WASHINGTON — Defense Secretary Jame Mattis is reviewing four separate reports triggered by the deadly ambush of U.S.forces in Niger last fall, reports that are likely to result in further changes in Pentagon policy for operations in Africa.
The reports may also lead to punishment for those in the chain of command for the October operation gone bad, in which four U.S. and four Niger servicemen were killed and others wounded.
On Friday, Mattis received the four individual and distinctive reports from U.S. African Command (AFRICOM), the Army; Special Operations Command, and Personnel and Readiness (P&R), Pentagon officials said.
There are 23 distinct findings in the reports, with 17 of the items “actionable,” meaning steps to address the issues can be easily made. One official with knowledge of the reports, speaking on background, said there are “no judgments” made in any of the four reports.
In May, the Pentagon made public a sanitized report on the October 2017 ambush at Tongo Tongo. It provided more detailed reports to Congress and family members of those slain in the ambush.
The reports blamed the deaths on the U.S. forces being outnumbered three-to-one.
Pentagon officials said then the operation was granted permission after commanders received paperwork outlining the goals without knowing the paperwork was bogus and copied from a previously approved mission.
Once the operation was underway, the goals shifted twice. It remains unclear if the original intent was reconnaissance, and then the mission shifted to a capture-or-kill operation, or if it always was a capture-and-kill operation.
Killed in the ambush were Army Sgt. La David T. Johnson, 25, of Miami Gardens, Florida; Staff Sgt. Bryan C. Black, 35, of Puyallup, Washington; Staff Sgt. Jeremiah W. Johnson, 39, of Springboro, Ohio; and Staff Sgt. Dustin M. Wright, 29, of Lyons, Georgia. Four Niger troops were also killed, and two American soldiers and eight Niger forces were wounded.
That May report said three individuals took actions that could be faulted. Special Operations Command was said to be the entity to make any discipline decisions, as well as recommendations on awards for valor.
The investigation has initiated changes in how the Pentagon handles military activities in Niger and elsewhere in Africa, including giving teams the option to use heavily armored vehicles and beefed-up firepower, more intelligence information from drones and better ways to communicate and receive medical help.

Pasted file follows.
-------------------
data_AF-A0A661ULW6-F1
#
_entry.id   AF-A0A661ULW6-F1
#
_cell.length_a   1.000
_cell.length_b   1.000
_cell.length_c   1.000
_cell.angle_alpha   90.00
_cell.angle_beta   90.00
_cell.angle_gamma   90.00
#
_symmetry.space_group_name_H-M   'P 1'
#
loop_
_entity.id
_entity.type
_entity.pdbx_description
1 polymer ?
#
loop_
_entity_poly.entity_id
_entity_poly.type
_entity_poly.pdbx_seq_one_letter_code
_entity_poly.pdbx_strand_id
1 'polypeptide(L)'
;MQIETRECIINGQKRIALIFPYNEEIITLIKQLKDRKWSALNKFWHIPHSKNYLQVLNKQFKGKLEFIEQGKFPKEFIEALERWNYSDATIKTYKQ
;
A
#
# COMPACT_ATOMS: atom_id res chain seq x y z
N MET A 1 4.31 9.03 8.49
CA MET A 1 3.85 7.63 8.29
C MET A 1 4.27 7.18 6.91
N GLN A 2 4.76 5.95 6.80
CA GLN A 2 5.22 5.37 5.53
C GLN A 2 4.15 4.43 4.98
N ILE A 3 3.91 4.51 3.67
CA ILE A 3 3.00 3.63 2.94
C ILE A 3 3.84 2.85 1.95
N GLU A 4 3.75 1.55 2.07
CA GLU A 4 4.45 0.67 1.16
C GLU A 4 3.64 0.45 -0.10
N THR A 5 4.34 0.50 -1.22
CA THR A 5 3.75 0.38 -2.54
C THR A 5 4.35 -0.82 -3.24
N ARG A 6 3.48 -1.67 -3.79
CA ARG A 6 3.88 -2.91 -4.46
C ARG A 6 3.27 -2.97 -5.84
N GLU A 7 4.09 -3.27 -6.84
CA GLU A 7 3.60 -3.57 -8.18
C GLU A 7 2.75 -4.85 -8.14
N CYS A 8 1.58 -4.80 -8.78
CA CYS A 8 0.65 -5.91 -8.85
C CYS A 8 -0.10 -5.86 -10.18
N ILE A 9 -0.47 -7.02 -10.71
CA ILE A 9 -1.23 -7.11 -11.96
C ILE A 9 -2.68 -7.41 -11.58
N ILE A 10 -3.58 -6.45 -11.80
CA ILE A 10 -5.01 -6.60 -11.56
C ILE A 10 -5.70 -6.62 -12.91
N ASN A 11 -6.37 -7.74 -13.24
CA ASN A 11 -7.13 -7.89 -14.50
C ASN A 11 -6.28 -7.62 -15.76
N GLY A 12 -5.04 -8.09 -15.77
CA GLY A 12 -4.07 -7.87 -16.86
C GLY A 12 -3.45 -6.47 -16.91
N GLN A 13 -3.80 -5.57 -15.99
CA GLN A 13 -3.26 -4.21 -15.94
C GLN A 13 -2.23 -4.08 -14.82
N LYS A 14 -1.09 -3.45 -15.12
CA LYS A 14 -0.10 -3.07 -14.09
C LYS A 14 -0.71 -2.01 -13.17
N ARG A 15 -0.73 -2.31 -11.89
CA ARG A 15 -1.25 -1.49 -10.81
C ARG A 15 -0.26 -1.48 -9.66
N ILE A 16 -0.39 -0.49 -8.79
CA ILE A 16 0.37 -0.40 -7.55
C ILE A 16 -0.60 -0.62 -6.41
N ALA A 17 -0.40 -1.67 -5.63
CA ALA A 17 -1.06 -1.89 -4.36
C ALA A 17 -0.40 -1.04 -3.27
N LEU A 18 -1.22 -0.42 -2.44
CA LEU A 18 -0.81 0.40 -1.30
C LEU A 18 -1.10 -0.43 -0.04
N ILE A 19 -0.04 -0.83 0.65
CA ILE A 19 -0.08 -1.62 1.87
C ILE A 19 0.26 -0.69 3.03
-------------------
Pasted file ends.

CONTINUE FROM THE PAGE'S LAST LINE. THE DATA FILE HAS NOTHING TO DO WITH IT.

“We are now far more prudent on our missions,” Gen. Thomas Waldhauser, head of U.S. Africa Command, told reporters in May. He took responsibility for what happened.
Since then, the Pentagon has cutback special forces operations in Africa, as well as other more general training operations. The shift is expected to result in more ISR drone action.
Waldhauser told Congress in March he had only a quarter of the reconnaissance flights he needed and had to rely on contractors for search and rescue missions.
AFRICOM had said that the Army Special Forces team set out on its October mission to meet local leaders, only to be redirected to assist a second unit hunting for Doundou Chefou, a terrorist believed to have led several strikes within Niger including the kidnapping of an American aid worker.
However, some officials have said it may have been a rogue operation from the start aimed at cornering Chefou, a fact hidden from higher-level commanders. That meant the true risk of the mission could not be gauged and a decision properly rendered.
Many questions remain unanswered, such as why the patrol had not expected enemy contact even though data outlined how 46 attacks took place over 20 months in that area of Niger.
Also not yet answered if why the patrol was caught by surprise, given they were in a village for hours as the militant took their positions to ambush and traveled over dusty roads to set up forces.
Last week, a study conducted by the Center for Strategic and International Studies (CSIS), a bipartisan, nonprofit organization headquartered in Washington, outlined how the Pentagon’s strategy for Africa has become crisis-driven, causing the effort to lose focus and waste resources.
It cited the Niger ambush as one of the five events that have impacted the haphazard AFRICOM policy.
“The desire for efficiencies and a low profile has driven the ‘light footprint’ strategy, at the expense of operational flexibility,” the study said. “Made consciously, this choice can be justified and objectives adjusted. Stumbled into, it prevents the realization of strategic goals and runs unseen risks that can eventually endanger U.S. personnel.”